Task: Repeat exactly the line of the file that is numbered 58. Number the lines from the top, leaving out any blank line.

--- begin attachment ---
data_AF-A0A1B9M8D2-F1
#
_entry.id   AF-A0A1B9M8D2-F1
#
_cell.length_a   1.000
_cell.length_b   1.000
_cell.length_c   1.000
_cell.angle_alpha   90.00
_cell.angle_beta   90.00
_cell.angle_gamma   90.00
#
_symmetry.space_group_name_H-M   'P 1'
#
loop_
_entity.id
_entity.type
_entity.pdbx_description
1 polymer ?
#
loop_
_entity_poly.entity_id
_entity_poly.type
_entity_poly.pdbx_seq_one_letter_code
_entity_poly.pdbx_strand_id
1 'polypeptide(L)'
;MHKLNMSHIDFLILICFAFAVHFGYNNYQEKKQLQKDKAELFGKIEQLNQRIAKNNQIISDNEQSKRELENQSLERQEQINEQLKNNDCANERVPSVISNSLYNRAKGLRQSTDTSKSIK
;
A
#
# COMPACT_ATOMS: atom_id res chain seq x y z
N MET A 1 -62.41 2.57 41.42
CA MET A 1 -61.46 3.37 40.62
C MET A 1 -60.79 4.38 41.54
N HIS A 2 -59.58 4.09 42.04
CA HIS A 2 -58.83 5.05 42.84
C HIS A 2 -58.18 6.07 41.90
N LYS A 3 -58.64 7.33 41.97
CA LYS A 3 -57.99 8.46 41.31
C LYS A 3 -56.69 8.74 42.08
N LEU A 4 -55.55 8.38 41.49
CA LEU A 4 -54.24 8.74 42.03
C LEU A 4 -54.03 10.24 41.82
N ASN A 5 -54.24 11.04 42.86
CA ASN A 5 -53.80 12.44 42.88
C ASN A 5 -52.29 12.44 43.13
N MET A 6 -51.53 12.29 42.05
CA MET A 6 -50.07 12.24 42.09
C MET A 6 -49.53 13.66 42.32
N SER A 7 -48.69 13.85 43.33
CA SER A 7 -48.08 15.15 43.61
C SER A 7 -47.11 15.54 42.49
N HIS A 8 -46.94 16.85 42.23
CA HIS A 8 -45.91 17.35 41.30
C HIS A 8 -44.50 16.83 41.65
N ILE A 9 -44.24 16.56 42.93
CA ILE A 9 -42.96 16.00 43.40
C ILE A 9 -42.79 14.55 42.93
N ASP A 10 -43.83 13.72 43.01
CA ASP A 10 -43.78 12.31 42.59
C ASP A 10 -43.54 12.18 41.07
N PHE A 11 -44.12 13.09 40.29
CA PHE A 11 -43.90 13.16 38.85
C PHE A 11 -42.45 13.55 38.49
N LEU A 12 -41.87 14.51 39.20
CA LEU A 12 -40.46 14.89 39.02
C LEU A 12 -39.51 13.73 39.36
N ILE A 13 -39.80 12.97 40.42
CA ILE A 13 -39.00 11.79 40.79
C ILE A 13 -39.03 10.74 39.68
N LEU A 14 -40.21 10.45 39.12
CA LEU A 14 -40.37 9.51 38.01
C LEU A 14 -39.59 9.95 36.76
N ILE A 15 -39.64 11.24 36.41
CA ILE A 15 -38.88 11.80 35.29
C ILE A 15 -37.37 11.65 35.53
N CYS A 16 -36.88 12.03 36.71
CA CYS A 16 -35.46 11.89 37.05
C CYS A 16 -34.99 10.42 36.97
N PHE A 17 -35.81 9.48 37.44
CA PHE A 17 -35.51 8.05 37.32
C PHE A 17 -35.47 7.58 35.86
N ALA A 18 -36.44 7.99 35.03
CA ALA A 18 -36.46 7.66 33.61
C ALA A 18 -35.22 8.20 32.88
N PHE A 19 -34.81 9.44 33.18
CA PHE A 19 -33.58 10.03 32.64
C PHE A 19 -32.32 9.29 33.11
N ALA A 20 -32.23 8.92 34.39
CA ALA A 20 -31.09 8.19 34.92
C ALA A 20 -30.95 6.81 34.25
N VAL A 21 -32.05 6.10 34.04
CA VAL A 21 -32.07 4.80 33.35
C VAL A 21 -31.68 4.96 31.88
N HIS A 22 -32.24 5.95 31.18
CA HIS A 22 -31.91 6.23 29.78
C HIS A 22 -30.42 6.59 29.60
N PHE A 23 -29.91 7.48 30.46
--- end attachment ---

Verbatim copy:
N ASP A 10 -43.83 13.72 43.01